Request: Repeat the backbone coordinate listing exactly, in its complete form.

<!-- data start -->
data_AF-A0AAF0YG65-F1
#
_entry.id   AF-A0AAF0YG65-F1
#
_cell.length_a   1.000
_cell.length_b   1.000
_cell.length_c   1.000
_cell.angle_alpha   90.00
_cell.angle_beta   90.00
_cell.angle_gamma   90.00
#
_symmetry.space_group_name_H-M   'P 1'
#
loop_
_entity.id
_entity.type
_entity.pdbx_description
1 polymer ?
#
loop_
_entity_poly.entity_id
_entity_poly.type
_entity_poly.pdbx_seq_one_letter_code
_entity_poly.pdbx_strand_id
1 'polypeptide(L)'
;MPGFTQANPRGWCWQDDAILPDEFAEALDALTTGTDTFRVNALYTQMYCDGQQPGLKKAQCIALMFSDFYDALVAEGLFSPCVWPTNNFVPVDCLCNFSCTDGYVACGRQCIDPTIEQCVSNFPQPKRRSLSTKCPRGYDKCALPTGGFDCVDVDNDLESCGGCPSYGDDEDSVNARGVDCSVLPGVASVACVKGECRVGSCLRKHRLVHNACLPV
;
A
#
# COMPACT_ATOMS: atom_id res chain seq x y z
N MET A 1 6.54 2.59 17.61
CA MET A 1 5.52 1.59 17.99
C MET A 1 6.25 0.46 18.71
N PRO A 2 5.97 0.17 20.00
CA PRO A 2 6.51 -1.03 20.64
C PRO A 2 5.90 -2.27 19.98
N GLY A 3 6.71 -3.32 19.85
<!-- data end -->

data_AF-A0AAF0YG65-F1
#
_entry.id   AF-A0AAF0YG65-F1
#
_cell.length_a   1.000
_cell.length_b   1.000
_cell.length_c   1.000
_cell.angle_alpha   90.00
_cell.angle_beta   90.00
_cell.angle_gamma   90.00
#
_symmetry.space_group_name_H-M   'P 1'
#
loop_
_entity.id
_entity.type
_entity.pdbx_description
1 polymer ?
#
loop_
_entity_poly.entity_id
_entity_poly.type
_entity_poly.pdbx_seq_one_letter_code
_entity_poly.pdbx_strand_id
1 'polypeptide(L)'
;MPGFTQANPRGWCWQDDAILPDEFAEALDALTTGTDTFRVNALYTQMYCDGQQPGLKKAQCIALMFSDFYDALVAEGLFSPCVWPTNNFVPVDCLCNFSCTDGYVACGRQCIDPTIEQCVSNFPQPKRRSLSTKCPRGYDKCALPTGGFDCVDVDNDLESCGGCPSYGDDEDSVNARGVDCSVLPGVASVACVKGECRVGSCLRKHRLVHNACLPV
;
A
#
# COMPACT_ATOMS: atom_id res chain seq x y z
N MET A 1 6.54 2.59 17.61
CA MET A 1 5.52 1.59 17.99
C MET A 1 6.25 0.46 18.71
N PRO A 2 5.97 0.17 20.00
CA PRO A 2 6.51 -1.03 20.64
C PRO A 2 5.90 -2.27 19.98
N GLY A 3 6.71 -3.32 19.85